They are but two and are seamlessly one. JUCIFER is not simply tight the audience gets through the many stops and starts; they are married tight.

Amber is the most overtly sexual rock star in America today. Her short, townie-girl dress comes only to here. Her powerful thighs make love to her instrument. I want to be the cut on her knee. I want to be her wristband, soaking up her sweat. At one point, she whips her guitar repeatedly in a feedback circle that would make the members of Sonic Youth blush. Her black panties are the only thing between the audience and pure rock and roll bliss.


Oh…it was as if I was in love. I finally got what a groupie gets. I got what it feels like to be in awe of and love with that control, that power, that energy. I had succumbed to unabashed gawking–my fandom overcoming me.

The drum kit illuminates to tell me that this is not a dream. I look over at a dude up front and center. I wonder what he is thinking about Amber. From the side of the stage I have the better full view of her, but she is in his face. I bet he loves her too.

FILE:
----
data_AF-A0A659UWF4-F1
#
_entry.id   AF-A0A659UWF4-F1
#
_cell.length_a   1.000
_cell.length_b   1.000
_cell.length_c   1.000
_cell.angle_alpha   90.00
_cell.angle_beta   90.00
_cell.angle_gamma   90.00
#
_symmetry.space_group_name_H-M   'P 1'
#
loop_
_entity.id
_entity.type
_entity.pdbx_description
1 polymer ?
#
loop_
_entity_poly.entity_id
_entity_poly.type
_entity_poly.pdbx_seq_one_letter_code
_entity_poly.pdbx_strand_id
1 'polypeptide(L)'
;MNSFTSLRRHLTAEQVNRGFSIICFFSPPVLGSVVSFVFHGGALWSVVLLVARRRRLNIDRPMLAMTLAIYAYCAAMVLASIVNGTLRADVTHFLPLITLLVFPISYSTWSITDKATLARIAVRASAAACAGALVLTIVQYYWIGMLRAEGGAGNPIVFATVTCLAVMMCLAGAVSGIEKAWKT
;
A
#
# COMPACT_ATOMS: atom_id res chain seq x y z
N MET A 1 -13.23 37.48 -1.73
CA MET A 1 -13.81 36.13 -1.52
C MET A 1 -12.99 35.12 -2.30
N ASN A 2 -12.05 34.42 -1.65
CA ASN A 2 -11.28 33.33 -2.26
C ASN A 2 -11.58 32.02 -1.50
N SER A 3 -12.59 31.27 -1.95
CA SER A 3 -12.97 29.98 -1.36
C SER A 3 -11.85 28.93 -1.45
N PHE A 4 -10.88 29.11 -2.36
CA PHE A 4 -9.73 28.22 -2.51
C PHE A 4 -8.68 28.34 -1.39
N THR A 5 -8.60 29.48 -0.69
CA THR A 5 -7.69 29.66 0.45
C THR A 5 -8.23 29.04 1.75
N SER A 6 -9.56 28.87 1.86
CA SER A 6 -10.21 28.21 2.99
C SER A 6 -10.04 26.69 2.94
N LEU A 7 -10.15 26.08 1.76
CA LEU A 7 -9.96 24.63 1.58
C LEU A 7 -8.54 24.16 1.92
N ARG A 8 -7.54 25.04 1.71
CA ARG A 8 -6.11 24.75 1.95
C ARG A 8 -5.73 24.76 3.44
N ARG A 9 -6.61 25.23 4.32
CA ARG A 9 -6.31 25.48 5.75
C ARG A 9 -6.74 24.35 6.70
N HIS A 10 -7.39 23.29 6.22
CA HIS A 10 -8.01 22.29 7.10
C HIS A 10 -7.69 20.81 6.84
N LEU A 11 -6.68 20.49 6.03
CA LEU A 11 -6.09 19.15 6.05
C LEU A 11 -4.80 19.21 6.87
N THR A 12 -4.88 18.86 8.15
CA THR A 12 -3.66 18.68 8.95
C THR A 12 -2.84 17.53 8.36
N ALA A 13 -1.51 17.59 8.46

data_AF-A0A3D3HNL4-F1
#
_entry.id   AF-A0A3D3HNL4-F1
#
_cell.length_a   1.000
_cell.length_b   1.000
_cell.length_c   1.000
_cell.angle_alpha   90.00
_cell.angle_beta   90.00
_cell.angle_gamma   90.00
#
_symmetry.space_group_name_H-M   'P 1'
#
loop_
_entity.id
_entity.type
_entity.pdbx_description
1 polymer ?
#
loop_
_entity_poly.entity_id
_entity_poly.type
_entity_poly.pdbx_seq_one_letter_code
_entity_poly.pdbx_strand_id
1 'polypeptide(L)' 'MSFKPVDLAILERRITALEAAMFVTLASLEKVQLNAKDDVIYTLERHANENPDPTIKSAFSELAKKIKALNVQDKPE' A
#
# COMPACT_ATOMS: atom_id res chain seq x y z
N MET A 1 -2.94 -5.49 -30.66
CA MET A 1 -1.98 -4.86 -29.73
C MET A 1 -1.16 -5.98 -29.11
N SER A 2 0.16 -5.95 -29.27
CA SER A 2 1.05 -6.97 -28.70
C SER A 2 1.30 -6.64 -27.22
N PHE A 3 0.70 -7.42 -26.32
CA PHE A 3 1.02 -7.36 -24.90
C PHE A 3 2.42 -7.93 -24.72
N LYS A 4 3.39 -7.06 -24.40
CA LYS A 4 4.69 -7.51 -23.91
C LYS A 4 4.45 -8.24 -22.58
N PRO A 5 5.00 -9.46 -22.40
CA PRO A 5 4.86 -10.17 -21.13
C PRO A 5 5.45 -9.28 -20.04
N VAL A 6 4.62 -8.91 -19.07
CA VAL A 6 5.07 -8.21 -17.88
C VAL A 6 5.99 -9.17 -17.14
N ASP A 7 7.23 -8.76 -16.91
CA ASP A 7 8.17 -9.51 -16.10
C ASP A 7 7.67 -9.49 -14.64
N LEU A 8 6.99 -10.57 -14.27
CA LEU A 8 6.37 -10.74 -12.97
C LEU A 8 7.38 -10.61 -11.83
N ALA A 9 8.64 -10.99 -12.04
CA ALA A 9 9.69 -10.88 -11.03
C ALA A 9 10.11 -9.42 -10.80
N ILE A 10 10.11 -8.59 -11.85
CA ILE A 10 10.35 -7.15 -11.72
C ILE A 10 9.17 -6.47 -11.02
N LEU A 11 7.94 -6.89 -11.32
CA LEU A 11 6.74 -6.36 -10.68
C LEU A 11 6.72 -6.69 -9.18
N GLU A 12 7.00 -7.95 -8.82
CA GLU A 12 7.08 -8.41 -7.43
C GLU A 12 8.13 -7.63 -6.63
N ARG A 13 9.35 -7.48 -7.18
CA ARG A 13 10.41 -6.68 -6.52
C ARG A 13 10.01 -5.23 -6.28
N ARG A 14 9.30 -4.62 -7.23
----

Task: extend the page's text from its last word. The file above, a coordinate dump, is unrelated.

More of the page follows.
Edgar works the cymbals while flashing his wife a pearly white “Hey Honey” grin. Their chemistry has no boundary; their unison has no division. They are one. JUCIFER is brutal and beautiful like life. They may be the best two person band of all-time. I am utterly enraptured, and it all culminates with the diva on the ground on her back absolutely screwing her instrument, her face an ecstatic baby doll alabaster.

Then she is up flash-dancing in perfect leather boots. Closing with force is a given for this pair, but the final encore, “Amplifier,” is easily the most melodic moment of the night. Amber’s singing is so lovely when she wants it to be. “I like Becky’s amplifier,” whimsically floats through the air. Then it is over.

She looks for something on the side stage behind the wall of speakers as I stare and wish for more. One lone roadie escorts her as she walks through the thankful audience to hang out at the T-shirt stand that has been sold out of JUCIFER shirts for the entire evening.


I wait behind one other fan then say, “Amber. Remember me…I used to always eat at The Grit.”

“Oh yeah,” she says. “Hey…It’s good to see you.”

“I’m Han.”

“That’s right,” she is saying as I hug her.

“I’m going to write about you…I think you are going to be the biggest star in the world.”

Currently listening :
Calling All Cars on the Vegas Strip
By Jucifer
Release date: By 21 August, 2001